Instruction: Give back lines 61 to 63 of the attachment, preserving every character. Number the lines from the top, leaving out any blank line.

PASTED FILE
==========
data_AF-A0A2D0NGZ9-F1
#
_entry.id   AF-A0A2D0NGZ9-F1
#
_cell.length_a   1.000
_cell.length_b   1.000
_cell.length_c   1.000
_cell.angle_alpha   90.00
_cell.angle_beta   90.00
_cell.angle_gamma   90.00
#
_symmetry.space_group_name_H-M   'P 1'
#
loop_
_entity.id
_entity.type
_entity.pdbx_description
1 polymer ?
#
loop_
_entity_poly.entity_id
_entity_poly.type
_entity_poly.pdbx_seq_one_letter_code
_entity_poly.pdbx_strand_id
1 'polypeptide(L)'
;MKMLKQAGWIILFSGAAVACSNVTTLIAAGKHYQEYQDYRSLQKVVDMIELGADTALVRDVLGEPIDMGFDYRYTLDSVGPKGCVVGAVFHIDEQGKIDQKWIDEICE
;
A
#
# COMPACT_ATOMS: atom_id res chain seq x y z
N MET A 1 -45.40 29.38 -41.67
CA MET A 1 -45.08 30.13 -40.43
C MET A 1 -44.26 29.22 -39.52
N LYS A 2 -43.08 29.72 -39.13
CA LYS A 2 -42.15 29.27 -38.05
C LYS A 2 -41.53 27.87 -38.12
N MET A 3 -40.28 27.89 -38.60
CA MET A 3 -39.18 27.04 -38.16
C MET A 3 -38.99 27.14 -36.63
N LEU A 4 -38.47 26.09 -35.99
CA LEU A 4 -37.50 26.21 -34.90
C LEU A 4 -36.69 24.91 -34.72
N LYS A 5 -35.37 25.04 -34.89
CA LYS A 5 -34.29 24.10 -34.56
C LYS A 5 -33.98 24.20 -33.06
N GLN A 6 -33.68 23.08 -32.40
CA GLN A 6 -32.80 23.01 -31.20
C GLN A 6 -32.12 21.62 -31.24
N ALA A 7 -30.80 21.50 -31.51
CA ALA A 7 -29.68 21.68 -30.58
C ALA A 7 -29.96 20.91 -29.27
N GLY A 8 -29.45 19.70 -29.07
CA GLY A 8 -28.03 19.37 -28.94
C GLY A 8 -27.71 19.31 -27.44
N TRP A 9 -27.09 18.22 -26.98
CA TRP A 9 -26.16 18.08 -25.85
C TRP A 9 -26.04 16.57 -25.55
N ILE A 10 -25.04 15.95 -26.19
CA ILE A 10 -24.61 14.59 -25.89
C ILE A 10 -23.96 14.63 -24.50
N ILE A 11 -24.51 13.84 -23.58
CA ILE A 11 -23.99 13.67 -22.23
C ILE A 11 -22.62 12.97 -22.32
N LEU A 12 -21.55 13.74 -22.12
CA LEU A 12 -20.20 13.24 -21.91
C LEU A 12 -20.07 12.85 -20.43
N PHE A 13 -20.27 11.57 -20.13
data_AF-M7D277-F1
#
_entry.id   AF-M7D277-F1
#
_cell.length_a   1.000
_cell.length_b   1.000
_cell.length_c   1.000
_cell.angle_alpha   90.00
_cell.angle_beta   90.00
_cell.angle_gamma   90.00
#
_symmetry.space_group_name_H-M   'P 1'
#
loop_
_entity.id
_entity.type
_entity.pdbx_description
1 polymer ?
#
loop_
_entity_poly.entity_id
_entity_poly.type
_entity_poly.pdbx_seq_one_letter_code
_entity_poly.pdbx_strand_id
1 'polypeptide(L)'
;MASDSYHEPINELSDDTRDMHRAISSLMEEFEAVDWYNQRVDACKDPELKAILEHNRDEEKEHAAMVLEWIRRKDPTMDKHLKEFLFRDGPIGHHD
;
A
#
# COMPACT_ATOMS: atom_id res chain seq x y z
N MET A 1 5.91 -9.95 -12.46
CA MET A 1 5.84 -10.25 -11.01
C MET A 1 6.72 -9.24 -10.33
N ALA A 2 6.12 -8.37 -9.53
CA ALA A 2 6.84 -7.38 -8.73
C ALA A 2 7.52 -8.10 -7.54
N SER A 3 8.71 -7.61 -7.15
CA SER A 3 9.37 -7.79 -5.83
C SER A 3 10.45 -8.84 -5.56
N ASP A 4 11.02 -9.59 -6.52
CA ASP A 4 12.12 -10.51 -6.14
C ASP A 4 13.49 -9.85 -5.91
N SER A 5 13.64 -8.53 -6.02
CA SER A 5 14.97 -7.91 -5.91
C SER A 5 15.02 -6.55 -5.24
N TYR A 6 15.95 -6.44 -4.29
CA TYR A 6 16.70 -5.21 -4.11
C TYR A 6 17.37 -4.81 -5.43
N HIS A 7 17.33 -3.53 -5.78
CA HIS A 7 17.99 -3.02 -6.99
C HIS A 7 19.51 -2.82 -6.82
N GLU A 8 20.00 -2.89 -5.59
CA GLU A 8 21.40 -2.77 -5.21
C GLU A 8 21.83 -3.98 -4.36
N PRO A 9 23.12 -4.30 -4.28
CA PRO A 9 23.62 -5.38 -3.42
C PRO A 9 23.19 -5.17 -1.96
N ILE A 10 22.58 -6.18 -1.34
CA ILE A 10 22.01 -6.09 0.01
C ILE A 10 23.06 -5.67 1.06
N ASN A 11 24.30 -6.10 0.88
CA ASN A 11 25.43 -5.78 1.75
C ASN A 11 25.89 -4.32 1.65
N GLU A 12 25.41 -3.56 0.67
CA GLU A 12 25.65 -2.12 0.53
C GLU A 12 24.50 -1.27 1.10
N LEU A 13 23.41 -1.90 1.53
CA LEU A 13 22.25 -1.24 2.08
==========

N ILE A 11 -24.51 13.84 -23.58
CA ILE A 11 -23.99 13.67 -22.23
C ILE A 11 -22.62 12.97 -22.32